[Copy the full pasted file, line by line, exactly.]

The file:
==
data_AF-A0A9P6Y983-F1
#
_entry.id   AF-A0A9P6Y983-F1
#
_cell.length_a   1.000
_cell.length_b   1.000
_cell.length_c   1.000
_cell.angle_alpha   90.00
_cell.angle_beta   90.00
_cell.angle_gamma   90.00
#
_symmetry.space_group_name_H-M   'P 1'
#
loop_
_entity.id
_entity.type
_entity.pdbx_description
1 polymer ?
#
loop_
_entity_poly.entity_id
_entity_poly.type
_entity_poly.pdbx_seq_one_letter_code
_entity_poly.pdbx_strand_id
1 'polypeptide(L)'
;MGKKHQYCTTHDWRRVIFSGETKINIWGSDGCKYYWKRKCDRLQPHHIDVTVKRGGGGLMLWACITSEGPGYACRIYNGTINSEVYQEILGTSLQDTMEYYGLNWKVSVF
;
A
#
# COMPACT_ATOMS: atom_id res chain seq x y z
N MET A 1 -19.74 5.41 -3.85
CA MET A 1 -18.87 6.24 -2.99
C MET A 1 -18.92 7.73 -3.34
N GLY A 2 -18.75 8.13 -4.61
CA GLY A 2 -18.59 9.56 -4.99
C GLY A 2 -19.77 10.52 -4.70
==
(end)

data_AF-A0A9P6Y983-F1
#
_entry.id   AF-A0A9P6Y983-F1
#
_cell.length_a   1.000
_cell.length_b   1.000
_cell.length_c   1.000
_cell.angle_alpha   90.00
_cell.angle_beta   90.00
_cell.angle_gamma   90.00
#
_symmetry.space_group_name_H-M   'P 1'
#
loop_
_entity.id
_entity.type
_entity.pdbx_description
1 polymer ?
#
loop_
_entity_poly.entity_id
_entity_poly.type
_entity_poly.pdbx_seq_one_letter_code
_entity_poly.pdbx_strand_id
1 'polypeptide(L)'
;MGKKHQYCTTHDWRRVIFSGETKINIWGSDGCKYYWKRKCDRLQPHHIDVTVKRGGGGLMLWACITSEGPGYACRIYNGTINSEVYQEILGTSLQDTMEYYGLNWKVSVF
;
A
#
# COMPACT_ATOMS: atom_id res chain seq x y z
N MET A 1 -19.74 5.41 -3.85
CA MET A 1 -18.87 6.24 -2.99
C MET A 1 -18.92 7.73 -3.34
N GLY A 2 -18.75 8.13 -4.61
CA GLY A 2 -18.59 9.56 -4.99
C GLY A 2 -19.77 10.52 -4.70